Modeling vs Sculpting: What’s the Difference?
Lots of businesses order 3D visualization of their products. But how many of their managers and owners actually know how those amazing visuals are made? Is it important, one might ask, doesn’t the result matter, and not the process itself? Perhaps some might have such an opinion but this line of thinking can lead to workflow issues and misunderstanding when commissioning CGI. That can happen because things that are obvious for a 3D artist are not common knowledge, and most people have little idea about the inner workings of the industry. For instance, clients of a CGI studio might confuse 3D modeling and sculpting, thinking that the latter is just one of the forms of the former. While technically 3D sculpting is indeed one of the types of 3D modeling, i.e. a way to create a 3D object, the terminology needs some clarification. So, let us explain the differences between the two!
Before we compare 3D modeling and sculpting, let’s define the terms first. 3D modeling is largely seen as an umbrella term used for a variety of techniques of making three-dimensional objects with the help of computer software. However, it has several meanings, and the one that professionals use refers to a particular method of creating CGI assets.
In layman’s terms, 3D modeling means gradually ‘building’ an item by the subsequent addition of polygons — small blocks with three or more vertices. 3D sculpting, on the other hand, is a process that involves 3D artists manipulating a polygon mesh of an item like real sculptors. They shape, stretch, and carve it with digital tools, resulting in a very high-quality rendition of a CG object.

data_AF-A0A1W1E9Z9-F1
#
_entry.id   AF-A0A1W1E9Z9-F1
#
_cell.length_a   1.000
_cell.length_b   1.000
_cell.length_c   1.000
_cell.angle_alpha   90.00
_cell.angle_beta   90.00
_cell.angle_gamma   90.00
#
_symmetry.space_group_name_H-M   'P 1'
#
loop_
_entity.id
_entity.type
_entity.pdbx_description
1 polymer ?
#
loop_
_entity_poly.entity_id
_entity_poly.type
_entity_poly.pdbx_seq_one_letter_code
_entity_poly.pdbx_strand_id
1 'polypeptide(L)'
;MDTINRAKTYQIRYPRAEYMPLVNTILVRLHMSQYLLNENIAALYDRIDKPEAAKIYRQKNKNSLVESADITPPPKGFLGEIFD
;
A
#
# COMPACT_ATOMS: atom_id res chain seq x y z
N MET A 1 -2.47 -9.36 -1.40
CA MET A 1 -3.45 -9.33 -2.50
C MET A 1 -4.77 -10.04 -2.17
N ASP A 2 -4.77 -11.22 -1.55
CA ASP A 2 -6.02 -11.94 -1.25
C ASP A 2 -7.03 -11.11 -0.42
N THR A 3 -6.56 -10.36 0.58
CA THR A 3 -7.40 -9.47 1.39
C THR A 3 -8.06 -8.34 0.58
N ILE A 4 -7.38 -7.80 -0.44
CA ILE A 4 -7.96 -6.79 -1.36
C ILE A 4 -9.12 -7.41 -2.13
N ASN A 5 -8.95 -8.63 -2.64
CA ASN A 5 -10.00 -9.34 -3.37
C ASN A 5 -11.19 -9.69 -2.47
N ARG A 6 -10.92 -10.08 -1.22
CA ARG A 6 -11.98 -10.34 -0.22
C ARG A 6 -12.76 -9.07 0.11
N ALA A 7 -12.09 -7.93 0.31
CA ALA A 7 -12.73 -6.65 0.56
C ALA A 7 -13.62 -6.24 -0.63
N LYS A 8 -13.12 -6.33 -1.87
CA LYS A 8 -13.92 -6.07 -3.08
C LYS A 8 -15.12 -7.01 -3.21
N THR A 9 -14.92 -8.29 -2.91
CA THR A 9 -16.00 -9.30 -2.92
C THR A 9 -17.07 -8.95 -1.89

#2. Main differences
Now that the terms are clear, what’s the big difference between them? After all, both 3D modeling and sculpting produce equally good-looking results. The main contrast between the two is the nature of the 3D models generated by each method. The ones made by standard modeling can be changed on the sub-object level. Which means that the artist can manipulate vertices, edges, and faces of a polygon mesh that the item is made of. A sculpted model is a whole entity, a statue of sorts. This increases file size and usually makes it more difficult to edit.
The other major difference between modeling and sculpting is the type of skill required to make 3D models of each type. The former relies on geometry and precise calculations while the latter requires a more artistic approach. 3D sculpting is also easier to mess up, so specialists need to be extra careful to avoid mistakes and triple check everything.
#3. Pros and cons
Since we are comparing 3D modeling vs sculpting, a question inevitably pops up — is one better than the other? Short answer — no, not really. Both methods have their pros and cons.
A major drawback of regular 3D models is the difficulty that comes when creating organic shapes. Sure, it’s possible, but will require a lot of time and effort for 3D specialists to make the right frame with lots of curves and asymmetric elements. So, one should use this technique for creating angled objects, such as a chair or a table.